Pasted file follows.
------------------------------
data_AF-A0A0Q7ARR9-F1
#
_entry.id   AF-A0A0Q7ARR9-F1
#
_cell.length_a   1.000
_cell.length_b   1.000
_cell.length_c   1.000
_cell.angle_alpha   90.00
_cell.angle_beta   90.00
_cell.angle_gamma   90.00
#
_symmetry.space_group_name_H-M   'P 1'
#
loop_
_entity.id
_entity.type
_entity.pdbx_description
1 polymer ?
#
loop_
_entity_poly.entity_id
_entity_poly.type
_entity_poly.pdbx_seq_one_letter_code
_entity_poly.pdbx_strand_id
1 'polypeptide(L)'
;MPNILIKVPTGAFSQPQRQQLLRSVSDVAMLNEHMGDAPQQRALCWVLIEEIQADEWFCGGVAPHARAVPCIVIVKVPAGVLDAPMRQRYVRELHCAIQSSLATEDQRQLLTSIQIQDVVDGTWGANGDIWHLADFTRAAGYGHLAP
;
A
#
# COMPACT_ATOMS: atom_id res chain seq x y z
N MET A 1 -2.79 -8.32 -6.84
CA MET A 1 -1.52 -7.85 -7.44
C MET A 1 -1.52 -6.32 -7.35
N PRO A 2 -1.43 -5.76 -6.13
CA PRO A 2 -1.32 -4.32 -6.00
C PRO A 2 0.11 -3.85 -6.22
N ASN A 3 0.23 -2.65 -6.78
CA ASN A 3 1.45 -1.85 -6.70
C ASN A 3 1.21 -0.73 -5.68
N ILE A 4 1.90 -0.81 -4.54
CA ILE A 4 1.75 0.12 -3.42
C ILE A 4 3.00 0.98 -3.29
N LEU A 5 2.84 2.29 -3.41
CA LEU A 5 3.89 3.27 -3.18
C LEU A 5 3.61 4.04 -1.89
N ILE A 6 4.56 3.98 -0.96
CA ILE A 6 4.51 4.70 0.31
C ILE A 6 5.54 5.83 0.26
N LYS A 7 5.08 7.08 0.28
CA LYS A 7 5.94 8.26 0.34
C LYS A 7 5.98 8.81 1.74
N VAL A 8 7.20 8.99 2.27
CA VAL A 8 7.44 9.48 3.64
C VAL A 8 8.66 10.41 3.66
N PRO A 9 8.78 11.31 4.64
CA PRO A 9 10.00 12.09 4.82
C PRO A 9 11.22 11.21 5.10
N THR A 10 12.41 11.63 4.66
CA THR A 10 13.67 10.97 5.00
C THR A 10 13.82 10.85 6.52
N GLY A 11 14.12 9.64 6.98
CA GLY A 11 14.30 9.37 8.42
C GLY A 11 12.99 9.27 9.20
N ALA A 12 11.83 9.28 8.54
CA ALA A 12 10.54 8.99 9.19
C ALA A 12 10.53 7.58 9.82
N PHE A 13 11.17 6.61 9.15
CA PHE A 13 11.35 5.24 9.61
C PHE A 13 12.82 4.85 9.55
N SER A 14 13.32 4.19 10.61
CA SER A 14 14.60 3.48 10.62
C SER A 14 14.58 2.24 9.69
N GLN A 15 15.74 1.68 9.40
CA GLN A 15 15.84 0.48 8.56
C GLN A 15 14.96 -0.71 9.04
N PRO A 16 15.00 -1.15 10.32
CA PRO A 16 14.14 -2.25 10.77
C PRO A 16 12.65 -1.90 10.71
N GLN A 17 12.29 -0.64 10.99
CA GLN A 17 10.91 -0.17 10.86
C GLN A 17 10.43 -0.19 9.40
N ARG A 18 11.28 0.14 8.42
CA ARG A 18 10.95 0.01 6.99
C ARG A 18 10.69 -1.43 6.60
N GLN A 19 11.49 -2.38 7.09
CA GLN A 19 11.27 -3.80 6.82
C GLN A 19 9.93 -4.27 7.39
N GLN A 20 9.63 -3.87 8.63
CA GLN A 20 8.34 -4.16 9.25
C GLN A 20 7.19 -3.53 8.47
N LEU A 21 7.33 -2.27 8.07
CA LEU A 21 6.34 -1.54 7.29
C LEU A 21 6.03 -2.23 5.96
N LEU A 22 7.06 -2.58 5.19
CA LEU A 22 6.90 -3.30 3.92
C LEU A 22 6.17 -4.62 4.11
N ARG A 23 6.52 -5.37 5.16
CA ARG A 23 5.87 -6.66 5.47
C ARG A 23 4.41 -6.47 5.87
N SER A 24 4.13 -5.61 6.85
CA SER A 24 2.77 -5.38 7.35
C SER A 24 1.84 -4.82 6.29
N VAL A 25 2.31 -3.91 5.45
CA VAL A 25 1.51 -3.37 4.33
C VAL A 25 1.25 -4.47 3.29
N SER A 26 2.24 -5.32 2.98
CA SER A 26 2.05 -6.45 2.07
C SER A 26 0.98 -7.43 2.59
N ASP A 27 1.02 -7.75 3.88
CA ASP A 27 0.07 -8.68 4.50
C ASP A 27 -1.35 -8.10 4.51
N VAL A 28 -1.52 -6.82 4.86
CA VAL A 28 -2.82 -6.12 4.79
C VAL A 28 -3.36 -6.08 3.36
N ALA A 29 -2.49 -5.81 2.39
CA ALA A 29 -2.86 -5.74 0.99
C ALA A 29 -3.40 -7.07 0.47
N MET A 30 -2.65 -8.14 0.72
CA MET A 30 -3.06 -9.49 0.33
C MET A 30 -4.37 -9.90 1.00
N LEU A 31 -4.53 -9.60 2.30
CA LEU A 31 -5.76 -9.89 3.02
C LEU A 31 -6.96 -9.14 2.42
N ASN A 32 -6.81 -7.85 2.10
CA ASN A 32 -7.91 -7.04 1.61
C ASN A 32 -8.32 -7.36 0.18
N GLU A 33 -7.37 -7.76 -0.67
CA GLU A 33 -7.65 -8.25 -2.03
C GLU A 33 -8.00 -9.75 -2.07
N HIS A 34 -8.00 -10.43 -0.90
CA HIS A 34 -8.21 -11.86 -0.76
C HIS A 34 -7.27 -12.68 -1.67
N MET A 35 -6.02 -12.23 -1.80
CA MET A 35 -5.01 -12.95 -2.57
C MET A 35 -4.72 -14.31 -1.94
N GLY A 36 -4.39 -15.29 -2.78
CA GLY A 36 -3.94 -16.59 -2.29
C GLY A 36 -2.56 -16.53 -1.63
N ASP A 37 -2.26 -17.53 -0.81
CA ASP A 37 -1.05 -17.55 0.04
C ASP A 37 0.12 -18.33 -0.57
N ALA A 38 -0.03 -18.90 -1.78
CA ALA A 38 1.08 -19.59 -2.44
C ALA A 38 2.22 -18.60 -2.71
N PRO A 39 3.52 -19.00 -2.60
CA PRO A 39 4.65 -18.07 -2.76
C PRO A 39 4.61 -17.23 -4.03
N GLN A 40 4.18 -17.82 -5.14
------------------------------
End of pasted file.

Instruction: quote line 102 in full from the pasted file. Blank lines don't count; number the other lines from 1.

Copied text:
C SER A 24 1.84 -4.82 6.29